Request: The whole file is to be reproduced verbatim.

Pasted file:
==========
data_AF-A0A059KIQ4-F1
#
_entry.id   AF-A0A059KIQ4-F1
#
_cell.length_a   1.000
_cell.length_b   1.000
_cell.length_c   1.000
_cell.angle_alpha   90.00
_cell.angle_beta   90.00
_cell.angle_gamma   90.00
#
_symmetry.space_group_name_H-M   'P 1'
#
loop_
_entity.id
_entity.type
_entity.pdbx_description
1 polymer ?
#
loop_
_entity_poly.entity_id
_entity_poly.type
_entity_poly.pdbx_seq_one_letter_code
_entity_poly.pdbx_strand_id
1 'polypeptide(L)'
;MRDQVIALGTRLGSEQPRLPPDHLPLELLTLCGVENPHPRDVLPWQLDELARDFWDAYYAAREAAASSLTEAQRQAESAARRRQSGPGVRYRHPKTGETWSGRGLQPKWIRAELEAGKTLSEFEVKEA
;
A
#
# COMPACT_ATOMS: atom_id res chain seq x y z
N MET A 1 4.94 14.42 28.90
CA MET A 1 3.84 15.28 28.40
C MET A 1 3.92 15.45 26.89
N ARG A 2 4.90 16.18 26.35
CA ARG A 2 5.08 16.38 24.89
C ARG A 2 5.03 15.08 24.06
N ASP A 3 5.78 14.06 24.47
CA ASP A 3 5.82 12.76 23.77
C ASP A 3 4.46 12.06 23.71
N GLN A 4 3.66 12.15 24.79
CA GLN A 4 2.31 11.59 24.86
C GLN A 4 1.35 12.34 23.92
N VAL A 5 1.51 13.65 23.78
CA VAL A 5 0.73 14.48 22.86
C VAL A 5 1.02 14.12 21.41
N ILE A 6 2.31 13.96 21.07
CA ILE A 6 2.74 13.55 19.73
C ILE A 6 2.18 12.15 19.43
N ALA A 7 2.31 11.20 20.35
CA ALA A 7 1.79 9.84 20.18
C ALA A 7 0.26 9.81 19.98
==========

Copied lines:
data_AF-A0A059KIQ4-F1
#
_entry.id   AF-A0A059KIQ4-F1
#
_cell.length_a   1.000
_cell.length_b   1.000
_cell.length_c   1.000
_cell.angle_alpha   90.00
_cell.angle_beta   90.00
_cell.angle_gamma   90.00
#
_symmetry.space_group_name_H-M   'P 1'
#
loop_
_entity.id
_entity.type
_entity.pdbx_description
1 polymer ?
#
loop_
_entity_poly.entity_id
_entity_poly.type
_entity_poly.pdbx_seq_one_letter_code
_entity_poly.pdbx_strand_id
1 'polypeptide(L)'
;MRDQVIALGTRLGSEQPRLPPDHLPLELLTLCGVENPHPRDVLPWQLDELARDFWDAYYAAREAAASSLTEAQRQAESAARRRQSGPGVRYRHPKTGETWSGRGLQPKWIRAELEAGKTLSEFEVKEA
;
A
#
# COMPACT_ATOMS: atom_id res chain seq x y z
N MET A 1 4.94 14.42 28.90
CA MET A 1 3.84 15.28 28.40
C MET A 1 3.92 15.45 26.89
N ARG A 2 4.90 16.18 26.35
CA ARG A 2 5.08 16.38 24.89
C ARG A 2 5.03 15.08 24.06
N ASP A 3 5.78 14.06 24.47
CA ASP A 3 5.82 12.76 23.77
C ASP A 3 4.46 12.06 23.71
N GLN A 4 3.66 12.15 24.79
CA GLN A 4 2.31 11.59 24.86
C GLN A 4 1.35 12.34 23.92
N VAL A 5 1.51 13.65 23.78
CA VAL A 5 0.73 14.48 22.86
C VAL A 5 1.02 14.12 21.41
N ILE A 6 2.31 13.96 21.07
CA ILE A 6 2.74 13.55 19.73
C ILE A 6 2.18 12.15 19.43
N ALA A 7 2.31 11.20 20.35
CA ALA A 7 1.79 9.84 20.18
C ALA A 7 0.26 9.81 19.98